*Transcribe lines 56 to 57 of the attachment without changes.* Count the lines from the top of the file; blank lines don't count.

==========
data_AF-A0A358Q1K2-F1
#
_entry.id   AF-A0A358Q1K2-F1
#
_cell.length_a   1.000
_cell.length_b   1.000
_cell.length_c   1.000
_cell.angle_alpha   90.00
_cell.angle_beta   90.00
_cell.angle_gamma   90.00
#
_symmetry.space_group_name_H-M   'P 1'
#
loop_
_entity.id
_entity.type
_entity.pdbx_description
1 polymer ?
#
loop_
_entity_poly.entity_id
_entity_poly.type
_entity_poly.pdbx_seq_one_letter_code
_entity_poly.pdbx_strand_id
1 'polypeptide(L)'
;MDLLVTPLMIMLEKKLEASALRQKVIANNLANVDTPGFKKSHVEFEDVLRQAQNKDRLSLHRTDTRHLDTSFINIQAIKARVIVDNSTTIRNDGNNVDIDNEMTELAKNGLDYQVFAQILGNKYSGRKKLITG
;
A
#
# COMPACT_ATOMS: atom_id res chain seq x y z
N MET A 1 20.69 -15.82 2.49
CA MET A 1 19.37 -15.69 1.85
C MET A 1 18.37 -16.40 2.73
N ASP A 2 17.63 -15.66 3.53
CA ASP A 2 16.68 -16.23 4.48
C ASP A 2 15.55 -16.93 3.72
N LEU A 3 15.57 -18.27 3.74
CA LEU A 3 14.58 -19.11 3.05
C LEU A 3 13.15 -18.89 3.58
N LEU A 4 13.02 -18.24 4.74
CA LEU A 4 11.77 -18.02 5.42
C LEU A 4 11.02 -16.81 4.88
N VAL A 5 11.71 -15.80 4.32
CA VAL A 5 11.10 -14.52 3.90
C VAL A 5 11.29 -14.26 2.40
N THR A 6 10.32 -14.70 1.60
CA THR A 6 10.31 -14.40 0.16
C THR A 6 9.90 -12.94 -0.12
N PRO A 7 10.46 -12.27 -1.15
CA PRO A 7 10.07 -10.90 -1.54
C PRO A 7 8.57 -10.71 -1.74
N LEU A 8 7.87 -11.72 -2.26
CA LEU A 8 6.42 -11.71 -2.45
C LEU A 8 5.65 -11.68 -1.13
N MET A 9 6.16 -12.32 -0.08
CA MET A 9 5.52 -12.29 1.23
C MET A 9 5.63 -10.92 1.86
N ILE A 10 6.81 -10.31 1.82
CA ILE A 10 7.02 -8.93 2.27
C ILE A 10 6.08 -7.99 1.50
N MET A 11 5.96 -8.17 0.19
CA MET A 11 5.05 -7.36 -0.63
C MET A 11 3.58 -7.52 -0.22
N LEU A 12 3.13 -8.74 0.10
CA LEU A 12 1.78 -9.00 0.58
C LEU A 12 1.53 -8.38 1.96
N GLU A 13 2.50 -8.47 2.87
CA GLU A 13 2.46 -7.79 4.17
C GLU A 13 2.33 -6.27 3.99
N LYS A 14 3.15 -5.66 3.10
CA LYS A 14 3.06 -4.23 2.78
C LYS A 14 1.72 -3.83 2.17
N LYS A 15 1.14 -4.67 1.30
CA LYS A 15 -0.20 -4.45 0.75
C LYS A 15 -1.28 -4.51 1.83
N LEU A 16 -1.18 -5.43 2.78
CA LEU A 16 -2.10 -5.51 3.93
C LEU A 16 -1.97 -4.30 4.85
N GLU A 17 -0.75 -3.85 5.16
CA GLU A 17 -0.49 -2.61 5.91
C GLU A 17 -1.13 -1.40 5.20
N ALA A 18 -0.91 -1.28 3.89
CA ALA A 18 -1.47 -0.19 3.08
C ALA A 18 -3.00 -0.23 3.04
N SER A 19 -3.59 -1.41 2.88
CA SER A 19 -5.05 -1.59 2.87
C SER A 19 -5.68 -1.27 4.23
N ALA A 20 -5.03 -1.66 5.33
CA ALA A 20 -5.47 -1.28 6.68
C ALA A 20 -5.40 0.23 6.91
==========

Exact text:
CA MET A 9 5.52 -12.29 1.23
C MET A 9 5.63 -10.92 1.86